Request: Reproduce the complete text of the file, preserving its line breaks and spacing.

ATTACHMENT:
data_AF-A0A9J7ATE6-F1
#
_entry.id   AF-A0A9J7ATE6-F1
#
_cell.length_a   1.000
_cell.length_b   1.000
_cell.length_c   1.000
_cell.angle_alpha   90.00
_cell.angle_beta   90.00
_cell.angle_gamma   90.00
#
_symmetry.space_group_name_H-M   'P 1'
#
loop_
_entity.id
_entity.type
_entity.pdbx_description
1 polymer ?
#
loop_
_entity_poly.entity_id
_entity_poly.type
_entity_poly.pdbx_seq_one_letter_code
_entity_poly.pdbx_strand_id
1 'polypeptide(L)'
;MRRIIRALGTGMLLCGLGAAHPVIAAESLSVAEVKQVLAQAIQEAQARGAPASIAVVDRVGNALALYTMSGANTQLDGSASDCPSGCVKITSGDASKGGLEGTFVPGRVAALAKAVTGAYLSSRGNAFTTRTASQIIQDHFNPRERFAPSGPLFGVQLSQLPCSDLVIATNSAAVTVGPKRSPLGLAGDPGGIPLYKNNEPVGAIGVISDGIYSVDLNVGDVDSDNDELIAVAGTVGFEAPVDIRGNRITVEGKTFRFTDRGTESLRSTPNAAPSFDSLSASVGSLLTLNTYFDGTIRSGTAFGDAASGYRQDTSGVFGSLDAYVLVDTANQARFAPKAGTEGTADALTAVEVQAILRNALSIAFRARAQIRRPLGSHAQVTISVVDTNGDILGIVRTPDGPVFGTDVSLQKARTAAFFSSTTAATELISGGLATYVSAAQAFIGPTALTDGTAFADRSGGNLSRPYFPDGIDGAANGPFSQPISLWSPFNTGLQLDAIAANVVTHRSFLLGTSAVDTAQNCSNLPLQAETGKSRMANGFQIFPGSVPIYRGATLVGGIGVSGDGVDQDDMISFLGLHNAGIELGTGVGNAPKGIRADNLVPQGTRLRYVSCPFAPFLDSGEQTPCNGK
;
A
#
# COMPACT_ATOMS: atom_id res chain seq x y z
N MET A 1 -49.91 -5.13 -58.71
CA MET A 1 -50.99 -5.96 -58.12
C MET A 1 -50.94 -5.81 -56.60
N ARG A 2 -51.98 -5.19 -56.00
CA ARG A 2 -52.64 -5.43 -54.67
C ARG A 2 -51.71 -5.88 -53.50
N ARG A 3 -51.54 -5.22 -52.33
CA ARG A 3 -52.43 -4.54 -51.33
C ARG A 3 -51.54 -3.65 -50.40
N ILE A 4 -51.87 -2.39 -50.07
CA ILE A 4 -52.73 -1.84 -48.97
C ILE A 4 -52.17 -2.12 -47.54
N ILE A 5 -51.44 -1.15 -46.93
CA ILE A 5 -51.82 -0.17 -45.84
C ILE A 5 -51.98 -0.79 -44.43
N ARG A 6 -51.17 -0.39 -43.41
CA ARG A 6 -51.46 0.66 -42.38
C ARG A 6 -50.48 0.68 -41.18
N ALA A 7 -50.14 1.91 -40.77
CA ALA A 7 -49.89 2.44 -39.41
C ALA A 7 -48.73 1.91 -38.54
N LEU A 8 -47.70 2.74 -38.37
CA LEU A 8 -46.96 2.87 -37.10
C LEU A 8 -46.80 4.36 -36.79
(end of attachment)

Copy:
data_AF-A0A9J7ATE6-F1
#
_entry.id   AF-A0A9J7ATE6-F1
#
_cell.length_a   1.000
_cell.length_b   1.000
_cell.length_c   1.000
_cell.angle_alpha   90.00
_cell.angle_beta   90.00
_cell.angle_gamma   90.00
#
_symmetry.space_group_name_H-M   'P 1'
#
loop_
_entity.id
_entity.type
_entity.pdbx_description
1 polymer ?
#
loop_
_entity_poly.entity_id
_entity_poly.type
_entity_poly.pdbx_seq_one_letter_code
_entity_poly.pdbx_strand_id
1 'polypeptide(L)'
;MRRIIRALGTGMLLCGLGAAHPVIAAESLSVAEVKQVLAQAIQEAQARGAPASIAVVDRVGNALALYTMSGANTQLDGSASDCPSGCVKITSGDASKGGLEGTFVPGRVAALAKAVTGAYLSSRGNAFTTRTASQIIQDHFNPRERFAPSGPLFGVQLSQLPCSDLVIATNSAAVTVGPKRSPLGLAGDPGGIPLYKNNEPVGAIGVISDGIYSVDLNVGDVDSDNDELIAVAGTVGFEAPVDIRGNRITVEGKTFRFTDRGTESLRSTPNAAPSFDSLSASVGSLLTLNTYFDGTIRSGTAFGDAASGYRQDTSGVFGSLDAYVLVDTANQARFAPKAGTEGTADALTAVEVQAILRNALSIAFRARAQIRRPLGSHAQVTISVVDTNGDILGIVRTPDGPVFGTDVSLQKARTAAFFSSTTAATELISGGLATYVSAAQAFIGPTALTDGTAFADRSGGNLSRPYFPDGIDGAANGPFSQPISLWSPFNTGLQLDAIAANVVTHRSFLLGTSAVDTAQNCSNLPLQAETGKSRMANGFQIFPGSVPIYRGATLVGGIGVSGDGVDQDDMISFLGLHNAGIELGTGVGNAPKGIRADNLVPQGTRLRYVSCPFAPFLDSGEQTPCNGK
;
A
#
# COMPACT_ATOMS: atom_id res chain seq x y z
N MET A 1 -49.91 -5.13 -58.71
CA MET A 1 -50.99 -5.96 -58.12
C MET A 1 -50.94 -5.81 -56.60
N ARG A 2 -51.98 -5.19 -56.00
CA ARG A 2 -52.64 -5.43 -54.67
C ARG A 2 -51.71 -5.88 -53.50
N ARG A 3 -51.54 -5.22 -52.33
CA ARG A 3 -52.43 -4.54 -51.33
C ARG A 3 -51.54 -3.65 -50.40
N ILE A 4 -51.87 -2.39 -50.07
CA ILE A 4 -52.73 -1.84 -48.97
C ILE A 4 -52.17 -2.12 -47.54
N ILE A 5 -51.44 -1.15 -46.93
CA ILE A 5 -51.82 -0.17 -45.84
C ILE A 5 -51.98 -0.79 -44.43
N ARG A 6 -51.17 -0.39 -43.41
CA ARG A 6 -51.46 0.66 -42.38
C ARG A 6 -50.48 0.68 -41.18
N ALA A 7 -50.14 1.91 -40.77
CA ALA A 7 -49.89 2.44 -39.41
C ALA A 7 -48.73 1.91 -38.54
N LEU A 8 -47.70 2.74 -38.37
CA LEU A 8 -46.96 2.87 -37.10
C LEU A 8 -46.80 4.36 -36.79